Breitling Premier B09 Chronograph 40: hands on and up close review of the new watch with live pics

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Breitling release a set of three very interesting chronographs for Watches and Wonders 2021: two with hand wound movements and one automatic. Here is our hands on and up close review of the base hand wound chronograph in a beautiful new pistachio green dial.

Breitling Watches and Wonders new Chronographs

Review: Breitling Premier B09 Chronograph 40

Retail price of the Premier B09 Chronograph Ref. AB0930D31L1P1 is SGD 10,950 inclusive of GST / USD 8,400 before taxes. The Premier B09 Chronograph 40_Ref. RB0930371G1P1 in red gold retails for SGD 24,550 inclusive of GST / USD 20,200 before taxes.

The 40 mm Premier Heritage Chronograph is manually wound, just like its 1940s predecessors. It is powered by the Breitling Manufacture Caliber B09, which is based on the Breitling Manufacture Caliber 01. It comes in two variations: with an eye-catching pistachio-green dial encased in stainless steel or a stately silver-colored dial encased in 18 k red gold.

The case, dial and hands

The case is in the case of the Breitling Premier series. Now in the “just right” case size of 40mm, the watch is all the more wearable, with the nicely elegant, sweeping curved lugs to allow it to hug smaller wrists even better. The case is the same classical in proportions as with the larger Premier chronographs, and retains the ribbed sides to break the visual monotony. The entire case is finished in a high polish – from the sloped bezel to the case sides and back bezel even the chronograph pushers and crown sport a polish finish.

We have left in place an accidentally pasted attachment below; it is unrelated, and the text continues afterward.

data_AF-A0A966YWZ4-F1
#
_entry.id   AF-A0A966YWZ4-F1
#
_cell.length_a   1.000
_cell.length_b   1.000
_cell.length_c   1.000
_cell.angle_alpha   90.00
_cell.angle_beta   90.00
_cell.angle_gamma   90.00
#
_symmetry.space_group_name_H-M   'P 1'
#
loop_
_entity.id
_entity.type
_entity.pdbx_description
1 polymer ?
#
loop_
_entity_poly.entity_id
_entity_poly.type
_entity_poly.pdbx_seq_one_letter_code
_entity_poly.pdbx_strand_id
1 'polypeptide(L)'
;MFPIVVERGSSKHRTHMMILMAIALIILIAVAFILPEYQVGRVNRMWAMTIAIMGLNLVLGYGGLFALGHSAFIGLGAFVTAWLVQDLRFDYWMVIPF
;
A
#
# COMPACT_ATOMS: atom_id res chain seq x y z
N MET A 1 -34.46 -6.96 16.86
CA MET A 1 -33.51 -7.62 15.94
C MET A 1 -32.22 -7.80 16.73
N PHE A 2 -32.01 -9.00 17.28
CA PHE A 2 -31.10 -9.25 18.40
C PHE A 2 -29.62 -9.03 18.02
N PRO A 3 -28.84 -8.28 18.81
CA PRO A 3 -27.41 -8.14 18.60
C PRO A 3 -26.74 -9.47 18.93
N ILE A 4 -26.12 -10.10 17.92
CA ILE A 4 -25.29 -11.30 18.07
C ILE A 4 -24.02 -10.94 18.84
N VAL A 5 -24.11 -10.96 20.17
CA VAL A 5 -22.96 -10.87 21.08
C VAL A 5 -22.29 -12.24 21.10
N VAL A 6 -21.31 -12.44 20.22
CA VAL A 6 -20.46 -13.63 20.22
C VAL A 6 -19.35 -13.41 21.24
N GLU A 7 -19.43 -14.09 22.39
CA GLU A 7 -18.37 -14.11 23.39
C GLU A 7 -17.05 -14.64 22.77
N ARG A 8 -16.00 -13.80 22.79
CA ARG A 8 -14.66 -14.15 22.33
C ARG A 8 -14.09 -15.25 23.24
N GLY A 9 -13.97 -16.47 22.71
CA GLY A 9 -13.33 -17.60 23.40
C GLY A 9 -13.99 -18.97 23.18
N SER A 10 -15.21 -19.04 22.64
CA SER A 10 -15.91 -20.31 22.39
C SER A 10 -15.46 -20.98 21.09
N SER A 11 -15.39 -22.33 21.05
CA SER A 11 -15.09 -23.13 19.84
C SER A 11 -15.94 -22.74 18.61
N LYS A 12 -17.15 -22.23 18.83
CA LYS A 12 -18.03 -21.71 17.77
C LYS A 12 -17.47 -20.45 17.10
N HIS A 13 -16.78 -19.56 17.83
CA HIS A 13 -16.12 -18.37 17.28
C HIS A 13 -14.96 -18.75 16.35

The dial is a rather pale pastel green, which Breitling calls pistachio green – a fitting name for the very attractive hue, especially when coupled with the brown alligator strap. A box style sapphire glass crystal protects the dial, and completes the vintage feel.

Phto note: The upper part of the dial shows a slightly different colour due to the sapphire crystal’s anti-refletion coating catching a bright spot of the flash.

The dial layout is a bi-compax style, with the constant seconds sub-dial at 9 o’clock and the 30 minute chronograph counter at 3 o’clock. Both sub-dials feature concentric circles as a decoration and also to offer some visual relief to the otherwise smooth dial. The hands are syringe shaped with infilled SuperLuminova. The seconds hand is a thin needle like affair with the counterweight end in a circle. The rehaut is sloped with tachymeter markings. A railway style minute scale resides inside and just a small step below the level of the tachymeter, and the appliqué Arabic numerals offer the hour markings within. This dial visual is familiar to the other Premier line 42mm chronographs, and is very pleasing to the eye. Legibility is good, and the markings are clear. We do know that some will lament that the 2, 4, 8 and 10 numerals are cut by the sub-dials, but this does not bother us, and we rather like the aesthetics. Others will rejoice that the chronograph comes sans date. A curved B logo without wings adorn the pride of place in the center of the dial above the transfer printer moniker “BREITLING 1884” in two lines.

A peek at the red gold version – the dial is a very rich creamy hue, and markers are similar, except that the hands and appliqué Arabic numerals are now in red gold as well.

The case is rated to 100m for water resistance.

The movement: Breitling B09

The movement is the new Breitling B09, which is a development of the B01. The B01 is an in-house manufactured movement, and has quite some good credentials, as it has been selected for use in Tudor chronographs. This is a robust, well functioning column wheel chronograph which has stood the test of both the Breitling branded watches, as well as in the Tudors. And known to be reliable and trouble free. The B09 is the hand wound version, created by deleting the rotor and the automatic winding system. As such, it is slightly thinner: 13.08mm case thickness vs the 42mm Premier Chronograph’s 13.6mm.